No one who invests in this recording will be disappointed if he or she truly loves and appreciates melodic, tuneful, haunting music that undescores a poignant and gentle love story. "The Time of the Cuckoo" as a film is enhanced by the musical treatment of this wonderful score. It is a true joy to listen to and savor.
2 di 2 persone hanno trovato utile la seguente recensione
5.0 su 5 stelle Essential for your Collection 21 febbraio 2012
Di Audioampbuilder - Pubblicato su Amazon.com
Formato: Audio CD Acquisto verificato
Lovers of music are probably always on the search for a suite of works he or she has not heard before-especially composers, interested in "new" melody and tempo ideas. Here is one you definitely want in your collection.
I have immensely enjoyed exploring the labyrinth of opera works, comparing tenors, sopranos, baritones-and the music. But lately I have been collecting any decent this, or previous generation's "musicals". I'm not a music history major, so am not certain, but it seems opera had no heart beat during the 'musical' era of the 50's and 60's. I'd relish hearing from history buffs, and in particular their recommendations.
This one I heartily recommend for one tenor named Sergio Franchi. I was astoudned and pleased, as are so many others on this page. I prefer a baritone tenor..it just sounds more pleasing to me, is all. But this tenor will thrill you. I'm reasonably sure on the "STAY" 'aria'...he intones a gorgeous top A...and if that weren't enough...a third up from there? Wow. Now I am looking for other CD's featuring Sr. Franchi. It saddens me that so much great talent like this flies under the radar. It saddens the poet Thomas Grey also, quote, "Full many a flower is born to blush unseen and waste its sweetness on the desert air..."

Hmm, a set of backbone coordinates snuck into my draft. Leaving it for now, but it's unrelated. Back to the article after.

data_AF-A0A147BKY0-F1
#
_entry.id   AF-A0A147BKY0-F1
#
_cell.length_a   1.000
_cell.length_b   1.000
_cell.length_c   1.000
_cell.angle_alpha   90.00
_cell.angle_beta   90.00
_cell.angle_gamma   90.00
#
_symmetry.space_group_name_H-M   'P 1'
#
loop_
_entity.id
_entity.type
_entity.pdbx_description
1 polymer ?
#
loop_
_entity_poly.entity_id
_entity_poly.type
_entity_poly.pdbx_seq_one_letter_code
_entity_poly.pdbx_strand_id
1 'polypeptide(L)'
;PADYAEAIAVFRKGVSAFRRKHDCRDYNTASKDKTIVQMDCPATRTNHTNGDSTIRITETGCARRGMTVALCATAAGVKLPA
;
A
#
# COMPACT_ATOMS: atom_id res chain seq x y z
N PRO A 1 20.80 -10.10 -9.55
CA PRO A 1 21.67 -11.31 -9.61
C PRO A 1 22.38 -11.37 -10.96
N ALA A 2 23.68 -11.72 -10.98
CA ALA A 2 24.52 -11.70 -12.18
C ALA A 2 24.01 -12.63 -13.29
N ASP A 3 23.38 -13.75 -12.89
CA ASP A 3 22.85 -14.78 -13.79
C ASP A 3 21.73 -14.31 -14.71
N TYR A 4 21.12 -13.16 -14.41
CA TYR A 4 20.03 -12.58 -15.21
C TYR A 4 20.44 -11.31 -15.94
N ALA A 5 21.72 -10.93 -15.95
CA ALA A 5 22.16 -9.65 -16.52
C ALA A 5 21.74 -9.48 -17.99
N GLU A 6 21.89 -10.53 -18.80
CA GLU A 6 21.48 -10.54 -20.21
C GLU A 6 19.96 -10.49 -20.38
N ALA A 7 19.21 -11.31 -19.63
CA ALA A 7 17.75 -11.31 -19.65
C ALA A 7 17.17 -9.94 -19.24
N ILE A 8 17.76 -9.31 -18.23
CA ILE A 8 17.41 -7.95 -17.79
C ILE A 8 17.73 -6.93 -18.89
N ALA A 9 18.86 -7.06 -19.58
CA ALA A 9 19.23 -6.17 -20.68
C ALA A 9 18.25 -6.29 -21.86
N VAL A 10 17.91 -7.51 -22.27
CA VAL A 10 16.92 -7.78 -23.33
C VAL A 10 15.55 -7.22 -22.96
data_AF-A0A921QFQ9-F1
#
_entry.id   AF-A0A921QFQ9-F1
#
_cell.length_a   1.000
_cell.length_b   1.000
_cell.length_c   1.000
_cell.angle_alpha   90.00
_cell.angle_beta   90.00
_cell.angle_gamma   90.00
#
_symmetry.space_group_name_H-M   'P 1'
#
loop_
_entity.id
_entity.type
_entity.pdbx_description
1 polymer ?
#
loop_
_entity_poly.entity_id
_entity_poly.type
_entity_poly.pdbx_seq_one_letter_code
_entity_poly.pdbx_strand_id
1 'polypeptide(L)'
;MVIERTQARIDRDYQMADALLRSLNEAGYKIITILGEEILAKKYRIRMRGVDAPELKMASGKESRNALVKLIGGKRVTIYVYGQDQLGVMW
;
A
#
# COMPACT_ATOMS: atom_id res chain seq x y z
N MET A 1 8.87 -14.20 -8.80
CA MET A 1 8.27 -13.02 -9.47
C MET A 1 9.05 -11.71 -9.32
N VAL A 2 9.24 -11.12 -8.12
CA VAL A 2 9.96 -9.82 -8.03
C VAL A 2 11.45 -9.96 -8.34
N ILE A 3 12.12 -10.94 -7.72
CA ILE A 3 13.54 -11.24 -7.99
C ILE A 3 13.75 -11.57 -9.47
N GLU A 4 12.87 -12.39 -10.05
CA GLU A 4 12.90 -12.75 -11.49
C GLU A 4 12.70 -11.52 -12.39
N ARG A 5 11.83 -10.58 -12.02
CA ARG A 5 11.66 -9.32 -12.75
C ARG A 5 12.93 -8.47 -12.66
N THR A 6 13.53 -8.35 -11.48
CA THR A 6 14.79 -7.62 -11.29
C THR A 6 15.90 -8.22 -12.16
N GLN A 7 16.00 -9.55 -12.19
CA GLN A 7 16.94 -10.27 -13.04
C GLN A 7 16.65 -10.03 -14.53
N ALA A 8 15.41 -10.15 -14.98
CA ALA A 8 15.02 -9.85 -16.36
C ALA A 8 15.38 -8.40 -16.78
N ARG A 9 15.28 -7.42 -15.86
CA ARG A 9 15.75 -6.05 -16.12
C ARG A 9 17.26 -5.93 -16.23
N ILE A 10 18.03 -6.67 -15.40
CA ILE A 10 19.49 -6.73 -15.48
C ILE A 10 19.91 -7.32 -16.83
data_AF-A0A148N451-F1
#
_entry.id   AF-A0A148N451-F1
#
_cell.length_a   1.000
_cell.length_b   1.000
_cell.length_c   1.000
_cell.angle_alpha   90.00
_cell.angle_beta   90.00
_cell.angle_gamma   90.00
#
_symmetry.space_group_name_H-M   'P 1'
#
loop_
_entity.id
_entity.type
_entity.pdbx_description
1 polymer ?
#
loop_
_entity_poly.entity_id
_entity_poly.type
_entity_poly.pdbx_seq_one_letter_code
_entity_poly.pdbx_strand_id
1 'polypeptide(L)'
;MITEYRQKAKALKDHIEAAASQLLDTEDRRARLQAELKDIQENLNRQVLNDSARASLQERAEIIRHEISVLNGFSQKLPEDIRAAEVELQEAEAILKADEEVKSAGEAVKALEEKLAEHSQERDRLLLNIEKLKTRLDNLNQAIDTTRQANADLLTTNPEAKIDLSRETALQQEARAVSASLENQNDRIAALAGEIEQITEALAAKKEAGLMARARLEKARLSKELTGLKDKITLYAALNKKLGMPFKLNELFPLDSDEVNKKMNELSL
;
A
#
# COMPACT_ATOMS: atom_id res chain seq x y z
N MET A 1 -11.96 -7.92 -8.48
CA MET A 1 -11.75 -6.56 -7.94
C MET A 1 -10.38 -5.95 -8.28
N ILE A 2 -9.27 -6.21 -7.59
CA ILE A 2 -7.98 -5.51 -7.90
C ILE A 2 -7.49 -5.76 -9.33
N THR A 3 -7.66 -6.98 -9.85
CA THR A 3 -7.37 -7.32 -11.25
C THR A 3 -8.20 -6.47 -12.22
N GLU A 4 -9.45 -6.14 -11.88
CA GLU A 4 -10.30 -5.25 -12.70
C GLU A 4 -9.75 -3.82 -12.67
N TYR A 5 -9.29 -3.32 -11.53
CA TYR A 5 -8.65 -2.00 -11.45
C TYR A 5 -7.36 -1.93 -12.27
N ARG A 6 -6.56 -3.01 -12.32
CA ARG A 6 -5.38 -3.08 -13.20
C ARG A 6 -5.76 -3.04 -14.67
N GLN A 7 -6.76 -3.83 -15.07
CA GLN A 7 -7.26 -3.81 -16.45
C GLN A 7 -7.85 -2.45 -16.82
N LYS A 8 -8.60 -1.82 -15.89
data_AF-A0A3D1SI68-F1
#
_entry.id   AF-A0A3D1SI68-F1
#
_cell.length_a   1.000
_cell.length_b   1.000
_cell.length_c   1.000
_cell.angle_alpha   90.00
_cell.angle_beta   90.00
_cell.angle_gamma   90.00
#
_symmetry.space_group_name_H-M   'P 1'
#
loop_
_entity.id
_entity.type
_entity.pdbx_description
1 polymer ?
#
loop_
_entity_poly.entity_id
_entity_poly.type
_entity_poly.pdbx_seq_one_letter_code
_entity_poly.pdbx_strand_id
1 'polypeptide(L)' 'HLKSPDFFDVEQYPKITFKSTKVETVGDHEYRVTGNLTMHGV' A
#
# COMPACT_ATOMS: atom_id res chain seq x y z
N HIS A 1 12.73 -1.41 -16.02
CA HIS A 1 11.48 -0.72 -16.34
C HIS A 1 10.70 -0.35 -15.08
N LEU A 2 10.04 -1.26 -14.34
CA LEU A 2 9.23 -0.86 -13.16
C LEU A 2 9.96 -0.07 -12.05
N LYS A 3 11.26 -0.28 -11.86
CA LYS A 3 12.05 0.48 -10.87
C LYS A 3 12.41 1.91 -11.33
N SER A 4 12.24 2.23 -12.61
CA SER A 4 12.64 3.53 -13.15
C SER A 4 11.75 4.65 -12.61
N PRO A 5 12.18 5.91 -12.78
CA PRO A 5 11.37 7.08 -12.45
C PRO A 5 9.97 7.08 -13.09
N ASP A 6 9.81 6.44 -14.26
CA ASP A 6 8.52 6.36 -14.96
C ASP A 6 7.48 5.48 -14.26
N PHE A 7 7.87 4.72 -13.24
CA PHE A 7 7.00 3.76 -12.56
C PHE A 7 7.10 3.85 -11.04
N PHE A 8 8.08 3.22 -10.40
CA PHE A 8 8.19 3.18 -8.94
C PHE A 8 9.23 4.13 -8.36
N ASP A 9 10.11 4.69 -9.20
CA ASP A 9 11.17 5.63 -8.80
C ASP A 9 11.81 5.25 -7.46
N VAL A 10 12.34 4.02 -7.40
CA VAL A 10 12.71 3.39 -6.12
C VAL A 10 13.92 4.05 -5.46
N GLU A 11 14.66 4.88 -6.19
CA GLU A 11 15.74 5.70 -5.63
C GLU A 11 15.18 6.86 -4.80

The world is such a flock of filthy sheep...whosoever's name is a houshold name...the crowd follows along in worship and praise...practically stepping on singers, and composers who vastly outshine " Mr or Miss most likely to succeed" .

That is nothing more than tabloid mind set...not a clue as to whether that glorious star is actually deserving of worship..never mind that...the crowd is worshipping him/her...so I will too, "therefore" others will think I'm hip and cool, and savvy...NOT. I suppose I am referring to a gal who has become fabulously popular and wealthy, essentially owing to outlandish sartorial extravagance. Loud voice, yes...not a foggy clue about what a 'melody' is. Indeed, the record industry is awash in them for this entire generation in which we live now. History will describe us all as brutes, savages, and "ho's" with tin ears.
2 di 2 persone hanno trovato utile la seguente recensione
5.0 su 5 stelle Sondheim provides lyrics, Rogers provides lyricism 6 gennaio 2012
Di Christina Paige - Pubblicato su Amazon.com
Formato: Audio CD Acquisto verificato